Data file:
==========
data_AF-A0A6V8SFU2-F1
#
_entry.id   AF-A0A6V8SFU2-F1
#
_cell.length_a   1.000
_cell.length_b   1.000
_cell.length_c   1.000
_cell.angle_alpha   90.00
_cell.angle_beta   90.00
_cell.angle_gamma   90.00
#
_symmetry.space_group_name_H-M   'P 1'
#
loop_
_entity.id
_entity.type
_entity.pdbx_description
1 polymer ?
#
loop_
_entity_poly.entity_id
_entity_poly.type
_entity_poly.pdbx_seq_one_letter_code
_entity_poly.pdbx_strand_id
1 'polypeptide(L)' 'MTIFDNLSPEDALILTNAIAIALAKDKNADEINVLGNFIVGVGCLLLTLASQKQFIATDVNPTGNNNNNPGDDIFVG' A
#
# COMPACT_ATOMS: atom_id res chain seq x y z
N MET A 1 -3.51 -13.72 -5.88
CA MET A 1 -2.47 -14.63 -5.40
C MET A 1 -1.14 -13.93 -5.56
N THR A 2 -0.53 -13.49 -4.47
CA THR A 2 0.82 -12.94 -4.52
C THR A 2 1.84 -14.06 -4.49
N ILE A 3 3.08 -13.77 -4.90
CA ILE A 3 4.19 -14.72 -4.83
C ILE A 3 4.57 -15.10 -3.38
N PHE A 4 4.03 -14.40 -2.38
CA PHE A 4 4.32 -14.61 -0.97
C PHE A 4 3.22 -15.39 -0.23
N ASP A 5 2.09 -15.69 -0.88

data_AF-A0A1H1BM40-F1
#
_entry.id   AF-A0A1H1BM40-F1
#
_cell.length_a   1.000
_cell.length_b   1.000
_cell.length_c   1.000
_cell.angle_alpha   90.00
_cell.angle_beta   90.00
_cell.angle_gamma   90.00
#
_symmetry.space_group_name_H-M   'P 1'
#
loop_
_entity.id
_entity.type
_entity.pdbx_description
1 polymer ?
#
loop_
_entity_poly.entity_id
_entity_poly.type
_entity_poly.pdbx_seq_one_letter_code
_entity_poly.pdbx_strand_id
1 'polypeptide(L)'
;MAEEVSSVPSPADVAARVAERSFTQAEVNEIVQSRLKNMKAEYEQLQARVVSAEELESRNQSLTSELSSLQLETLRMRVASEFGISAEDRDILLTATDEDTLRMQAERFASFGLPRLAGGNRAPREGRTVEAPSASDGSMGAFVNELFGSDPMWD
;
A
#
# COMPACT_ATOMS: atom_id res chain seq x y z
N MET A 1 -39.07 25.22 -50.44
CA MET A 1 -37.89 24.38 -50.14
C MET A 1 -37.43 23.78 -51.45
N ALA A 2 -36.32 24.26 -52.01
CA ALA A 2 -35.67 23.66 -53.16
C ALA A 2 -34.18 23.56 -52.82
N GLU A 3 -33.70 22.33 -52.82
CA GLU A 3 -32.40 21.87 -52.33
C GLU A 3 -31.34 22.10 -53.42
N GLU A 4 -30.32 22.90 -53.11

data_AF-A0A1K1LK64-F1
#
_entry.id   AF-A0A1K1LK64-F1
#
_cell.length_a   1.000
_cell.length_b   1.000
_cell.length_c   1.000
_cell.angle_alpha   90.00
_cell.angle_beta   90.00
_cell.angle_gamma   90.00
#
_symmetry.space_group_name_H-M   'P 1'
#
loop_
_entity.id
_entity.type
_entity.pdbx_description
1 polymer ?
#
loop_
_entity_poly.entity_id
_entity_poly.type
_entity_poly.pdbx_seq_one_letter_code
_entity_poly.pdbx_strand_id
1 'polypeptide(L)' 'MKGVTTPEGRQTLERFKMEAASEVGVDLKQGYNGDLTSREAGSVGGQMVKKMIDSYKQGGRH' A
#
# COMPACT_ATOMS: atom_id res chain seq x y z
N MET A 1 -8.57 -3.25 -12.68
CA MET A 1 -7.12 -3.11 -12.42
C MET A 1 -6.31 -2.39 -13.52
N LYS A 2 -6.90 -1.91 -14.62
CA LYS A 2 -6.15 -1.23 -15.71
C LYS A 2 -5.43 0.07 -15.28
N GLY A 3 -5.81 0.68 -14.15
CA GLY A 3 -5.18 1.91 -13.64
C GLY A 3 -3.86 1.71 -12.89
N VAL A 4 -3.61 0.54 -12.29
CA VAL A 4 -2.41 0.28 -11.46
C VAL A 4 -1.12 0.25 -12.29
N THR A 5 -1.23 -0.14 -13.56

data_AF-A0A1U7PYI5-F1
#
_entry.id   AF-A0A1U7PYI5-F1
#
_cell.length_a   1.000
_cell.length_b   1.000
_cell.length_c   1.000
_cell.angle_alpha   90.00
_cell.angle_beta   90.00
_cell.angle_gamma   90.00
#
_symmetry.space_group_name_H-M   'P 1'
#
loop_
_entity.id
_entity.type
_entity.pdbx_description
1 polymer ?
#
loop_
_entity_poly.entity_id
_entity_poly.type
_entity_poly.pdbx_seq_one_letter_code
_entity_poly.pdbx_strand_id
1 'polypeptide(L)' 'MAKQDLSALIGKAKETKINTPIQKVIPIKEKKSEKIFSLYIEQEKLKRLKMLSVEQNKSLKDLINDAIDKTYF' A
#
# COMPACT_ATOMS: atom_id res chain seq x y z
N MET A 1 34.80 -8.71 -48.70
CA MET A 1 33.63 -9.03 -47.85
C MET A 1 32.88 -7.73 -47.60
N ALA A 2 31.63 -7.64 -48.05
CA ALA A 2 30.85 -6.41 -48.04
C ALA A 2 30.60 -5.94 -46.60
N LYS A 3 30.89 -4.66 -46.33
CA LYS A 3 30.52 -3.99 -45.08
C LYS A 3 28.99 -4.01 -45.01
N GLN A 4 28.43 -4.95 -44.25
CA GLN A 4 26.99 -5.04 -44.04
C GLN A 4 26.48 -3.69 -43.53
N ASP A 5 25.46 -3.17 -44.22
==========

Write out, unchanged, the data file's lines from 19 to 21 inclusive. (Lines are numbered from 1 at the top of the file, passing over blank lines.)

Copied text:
#
loop_
_entity_poly.entity_id